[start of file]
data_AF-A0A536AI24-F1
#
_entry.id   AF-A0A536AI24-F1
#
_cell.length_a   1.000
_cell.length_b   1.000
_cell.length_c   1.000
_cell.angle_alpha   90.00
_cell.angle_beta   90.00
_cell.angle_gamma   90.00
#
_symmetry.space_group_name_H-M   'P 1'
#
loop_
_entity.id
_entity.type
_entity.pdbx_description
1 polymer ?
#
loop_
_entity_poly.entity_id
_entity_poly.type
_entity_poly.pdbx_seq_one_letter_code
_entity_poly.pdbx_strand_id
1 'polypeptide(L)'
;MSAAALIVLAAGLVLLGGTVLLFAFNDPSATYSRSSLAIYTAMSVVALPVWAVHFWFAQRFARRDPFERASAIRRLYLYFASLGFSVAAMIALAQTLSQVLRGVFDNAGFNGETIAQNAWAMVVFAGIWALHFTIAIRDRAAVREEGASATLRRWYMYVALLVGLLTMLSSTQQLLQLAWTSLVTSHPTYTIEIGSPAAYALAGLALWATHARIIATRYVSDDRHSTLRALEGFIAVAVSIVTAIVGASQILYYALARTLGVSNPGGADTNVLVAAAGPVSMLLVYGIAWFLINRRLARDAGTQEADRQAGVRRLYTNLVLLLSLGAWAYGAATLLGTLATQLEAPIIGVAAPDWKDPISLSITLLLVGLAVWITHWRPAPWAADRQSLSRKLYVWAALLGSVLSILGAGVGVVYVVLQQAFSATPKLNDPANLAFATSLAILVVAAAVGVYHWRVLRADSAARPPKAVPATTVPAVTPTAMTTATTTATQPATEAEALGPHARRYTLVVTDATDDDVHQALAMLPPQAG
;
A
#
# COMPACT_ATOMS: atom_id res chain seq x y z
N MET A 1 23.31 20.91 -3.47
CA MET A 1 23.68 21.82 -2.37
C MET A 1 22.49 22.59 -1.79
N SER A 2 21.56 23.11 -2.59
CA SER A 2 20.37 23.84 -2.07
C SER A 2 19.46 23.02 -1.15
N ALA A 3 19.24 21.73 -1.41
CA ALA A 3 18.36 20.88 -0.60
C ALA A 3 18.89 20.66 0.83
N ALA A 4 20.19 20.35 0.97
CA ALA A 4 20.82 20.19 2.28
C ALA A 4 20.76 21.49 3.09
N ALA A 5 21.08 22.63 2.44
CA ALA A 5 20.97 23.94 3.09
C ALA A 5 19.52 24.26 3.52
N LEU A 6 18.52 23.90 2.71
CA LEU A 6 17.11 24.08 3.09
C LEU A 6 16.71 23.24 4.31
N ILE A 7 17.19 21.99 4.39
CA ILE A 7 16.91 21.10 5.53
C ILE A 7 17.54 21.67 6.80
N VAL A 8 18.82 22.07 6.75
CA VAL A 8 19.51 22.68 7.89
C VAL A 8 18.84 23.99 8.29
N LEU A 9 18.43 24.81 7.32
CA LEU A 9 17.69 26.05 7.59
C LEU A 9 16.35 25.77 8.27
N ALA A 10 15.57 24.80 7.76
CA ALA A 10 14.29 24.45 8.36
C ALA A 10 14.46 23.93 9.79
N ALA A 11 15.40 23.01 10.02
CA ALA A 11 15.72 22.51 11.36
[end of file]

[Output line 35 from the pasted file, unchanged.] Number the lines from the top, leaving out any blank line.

CA SER A 2 20.37 23.84 -2.07